President Obama and #DrugPolicyReform: A Leap in the Right Direction
By Whitney Englander
On April 24, the Obama Administration released its 2013 National Drug Control Strategy—and it contains some huge gains for harm reduction advocates.
An annual document that outlines the vision for the Administration’s drug policy, this year’s strategy has replaced emotional “war on drugs” rhetoric with appeals to “evidence,” “science,” and “public health.” The strategy includes unequivocal support for access to methadone and buprenorphine for the treatment of addiction to heroin and other opioids, layperson access to the lifesaving medication naloxone, and a recommendation—complete with call to action—about lifting the federal ban on funding for syringe exchange services.
These three key elements—treatment, overdose prevention, and the benefits of needle/syringe programs—are reinforced throughout the document.
The preface to the strategy, written by Office of National Drug Control Policy Director, Gil Kerlikowske, highlights the story of Project Lazarus, an overdose prevention program in North Carolina that offers community and physician training and naloxone distribution to help prevent fatal overdoses. The strategy goes on to declare overdose prevention a priority for the Administration. It not only recommends that police, firefighters, and other “first responders” carry naloxone, but also recognizes the trained layperson’s essential role in responding to overdoses in the community. The Administration also highlights the potential for Good Samaritan Laws that protect bystanders who use naloxone or call emergency services to save lives in the event of an overdose.
In addition, this official federal document has language that clearly states the Administration’s support for one of the core harm reduction services: needle and syringe programs. Multiple studies, including a notice from the Surgeon General commissioned by the Obama administration, show that syringe services programs can prevent HIV and provide a bridge to addiction treatment. The strategy notes that such programs should be supported with funds for Substance Abuse Prevention and Treatment. Congress, unfortunately, still imposes the federal funding ban on needle exchange.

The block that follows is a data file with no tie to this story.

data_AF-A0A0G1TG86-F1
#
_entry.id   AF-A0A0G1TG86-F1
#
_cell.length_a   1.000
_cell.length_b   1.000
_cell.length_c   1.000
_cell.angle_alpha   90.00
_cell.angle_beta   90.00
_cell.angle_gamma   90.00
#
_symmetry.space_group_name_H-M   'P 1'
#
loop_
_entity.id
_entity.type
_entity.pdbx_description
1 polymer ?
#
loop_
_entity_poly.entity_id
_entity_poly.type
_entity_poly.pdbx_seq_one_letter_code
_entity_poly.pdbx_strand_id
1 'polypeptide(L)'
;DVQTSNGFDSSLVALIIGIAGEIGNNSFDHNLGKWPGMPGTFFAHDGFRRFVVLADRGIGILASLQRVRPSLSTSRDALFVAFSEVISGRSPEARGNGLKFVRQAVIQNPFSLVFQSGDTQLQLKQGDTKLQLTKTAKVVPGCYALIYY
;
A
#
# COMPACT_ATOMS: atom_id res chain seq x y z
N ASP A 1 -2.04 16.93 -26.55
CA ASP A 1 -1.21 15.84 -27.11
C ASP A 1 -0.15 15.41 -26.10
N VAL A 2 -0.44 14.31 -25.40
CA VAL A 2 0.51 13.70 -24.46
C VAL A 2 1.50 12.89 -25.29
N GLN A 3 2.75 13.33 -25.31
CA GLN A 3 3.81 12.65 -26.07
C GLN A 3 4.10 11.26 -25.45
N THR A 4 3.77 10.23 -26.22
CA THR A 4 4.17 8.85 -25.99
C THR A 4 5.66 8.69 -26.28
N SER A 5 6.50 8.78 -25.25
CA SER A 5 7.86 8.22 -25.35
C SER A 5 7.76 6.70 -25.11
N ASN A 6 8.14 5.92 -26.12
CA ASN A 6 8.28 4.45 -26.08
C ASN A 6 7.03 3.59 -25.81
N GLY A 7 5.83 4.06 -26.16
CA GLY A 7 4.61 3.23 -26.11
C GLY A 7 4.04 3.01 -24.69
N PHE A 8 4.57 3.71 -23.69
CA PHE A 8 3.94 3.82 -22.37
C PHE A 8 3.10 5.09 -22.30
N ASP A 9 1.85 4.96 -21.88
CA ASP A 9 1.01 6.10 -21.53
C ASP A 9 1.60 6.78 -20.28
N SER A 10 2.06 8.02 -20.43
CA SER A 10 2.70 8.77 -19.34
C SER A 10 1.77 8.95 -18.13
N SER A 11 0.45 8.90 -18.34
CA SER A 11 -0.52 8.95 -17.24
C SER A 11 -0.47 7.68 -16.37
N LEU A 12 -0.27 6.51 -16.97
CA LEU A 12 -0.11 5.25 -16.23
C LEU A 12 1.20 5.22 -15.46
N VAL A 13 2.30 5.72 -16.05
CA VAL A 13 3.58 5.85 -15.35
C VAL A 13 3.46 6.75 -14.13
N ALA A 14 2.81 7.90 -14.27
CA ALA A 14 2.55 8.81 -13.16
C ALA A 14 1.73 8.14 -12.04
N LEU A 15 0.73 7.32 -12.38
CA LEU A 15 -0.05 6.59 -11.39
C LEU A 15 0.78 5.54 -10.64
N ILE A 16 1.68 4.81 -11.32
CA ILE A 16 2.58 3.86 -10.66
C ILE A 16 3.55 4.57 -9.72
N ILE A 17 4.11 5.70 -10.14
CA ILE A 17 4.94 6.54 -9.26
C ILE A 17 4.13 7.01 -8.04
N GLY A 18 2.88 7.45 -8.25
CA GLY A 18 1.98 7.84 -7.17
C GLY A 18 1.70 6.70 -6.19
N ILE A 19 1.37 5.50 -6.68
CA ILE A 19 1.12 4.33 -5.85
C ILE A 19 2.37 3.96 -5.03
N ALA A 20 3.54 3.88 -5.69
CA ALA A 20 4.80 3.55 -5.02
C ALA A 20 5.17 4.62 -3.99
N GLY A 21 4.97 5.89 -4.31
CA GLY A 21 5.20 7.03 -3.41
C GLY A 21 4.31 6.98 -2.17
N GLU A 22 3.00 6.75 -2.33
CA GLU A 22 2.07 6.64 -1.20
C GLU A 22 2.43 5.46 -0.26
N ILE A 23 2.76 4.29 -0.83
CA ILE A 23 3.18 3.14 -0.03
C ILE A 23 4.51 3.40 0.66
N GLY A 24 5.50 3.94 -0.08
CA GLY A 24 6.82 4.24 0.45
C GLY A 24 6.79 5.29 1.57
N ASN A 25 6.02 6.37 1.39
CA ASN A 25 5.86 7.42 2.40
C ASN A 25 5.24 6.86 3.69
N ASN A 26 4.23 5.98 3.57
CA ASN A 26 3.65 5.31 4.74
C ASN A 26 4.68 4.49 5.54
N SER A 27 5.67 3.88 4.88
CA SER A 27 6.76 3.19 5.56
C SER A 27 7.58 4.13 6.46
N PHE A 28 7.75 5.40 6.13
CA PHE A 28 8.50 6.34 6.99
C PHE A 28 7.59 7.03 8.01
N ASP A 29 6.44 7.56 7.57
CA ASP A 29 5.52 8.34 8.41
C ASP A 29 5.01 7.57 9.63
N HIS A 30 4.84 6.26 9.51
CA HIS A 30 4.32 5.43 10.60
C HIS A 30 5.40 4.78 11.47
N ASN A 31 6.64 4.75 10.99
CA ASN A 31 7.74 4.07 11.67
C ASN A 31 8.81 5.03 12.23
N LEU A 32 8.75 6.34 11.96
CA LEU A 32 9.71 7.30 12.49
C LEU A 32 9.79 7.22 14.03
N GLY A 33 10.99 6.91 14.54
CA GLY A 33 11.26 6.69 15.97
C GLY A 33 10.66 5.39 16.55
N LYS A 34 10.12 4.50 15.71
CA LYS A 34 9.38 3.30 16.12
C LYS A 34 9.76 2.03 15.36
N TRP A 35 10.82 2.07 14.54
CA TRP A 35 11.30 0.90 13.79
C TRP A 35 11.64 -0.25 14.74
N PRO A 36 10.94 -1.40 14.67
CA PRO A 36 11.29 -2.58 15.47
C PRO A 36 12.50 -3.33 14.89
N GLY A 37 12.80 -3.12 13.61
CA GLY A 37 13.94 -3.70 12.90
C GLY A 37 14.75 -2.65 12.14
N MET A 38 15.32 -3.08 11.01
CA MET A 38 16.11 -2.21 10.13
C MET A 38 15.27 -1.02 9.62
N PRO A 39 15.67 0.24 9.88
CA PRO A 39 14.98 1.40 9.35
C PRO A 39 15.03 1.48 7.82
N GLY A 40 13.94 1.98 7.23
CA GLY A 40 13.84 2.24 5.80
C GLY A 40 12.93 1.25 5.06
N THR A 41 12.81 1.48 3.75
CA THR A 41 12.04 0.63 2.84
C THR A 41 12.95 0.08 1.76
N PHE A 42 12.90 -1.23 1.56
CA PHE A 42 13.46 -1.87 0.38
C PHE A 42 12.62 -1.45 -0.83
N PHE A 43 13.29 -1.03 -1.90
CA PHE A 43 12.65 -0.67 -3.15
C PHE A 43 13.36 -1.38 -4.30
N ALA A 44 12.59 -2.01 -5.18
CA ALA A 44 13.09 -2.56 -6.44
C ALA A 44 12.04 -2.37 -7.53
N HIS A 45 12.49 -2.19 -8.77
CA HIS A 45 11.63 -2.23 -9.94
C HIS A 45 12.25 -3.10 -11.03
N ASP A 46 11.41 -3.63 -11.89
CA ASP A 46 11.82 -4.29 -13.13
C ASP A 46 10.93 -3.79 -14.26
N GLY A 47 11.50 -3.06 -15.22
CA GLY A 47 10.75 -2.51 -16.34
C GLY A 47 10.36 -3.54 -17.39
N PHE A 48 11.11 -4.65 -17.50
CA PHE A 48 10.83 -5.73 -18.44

Support for medication-assisted addiction treatment—and crucially, the need for reimbursement—is highlighted throughout the document. The document also highlights the expectation that the Department of Defense will reverse the long-standing ban on methadone and buprenorphine maintenance treatment. This is good news for America’s military, and sends the right message for those who’ve served the country, but haven’t yet been well served if they have drug dependence problems.
My organization, the Harm Reduction Coalition, believes that harm reduction is about much more than just a series of interventions such as naloxone distribution and syringe services. It is also about promoting social justice by eliminating disparities in health access for drug users, and ensuring that active drug users aren’t deprived of rights or social participation. It would be an overstatement to declare that this strategy accomplishes that goal, but it is a leap in the right direction.
The harm reduction community has come a long way in the past few years in terms of our work with elected representatives and local officials. The Office of National Drug Control Policy has come a long way, too. This year, we have a national drug strategy that proves it.
Whitney Englander is the government relations manager at the Harm Reduction Coalition.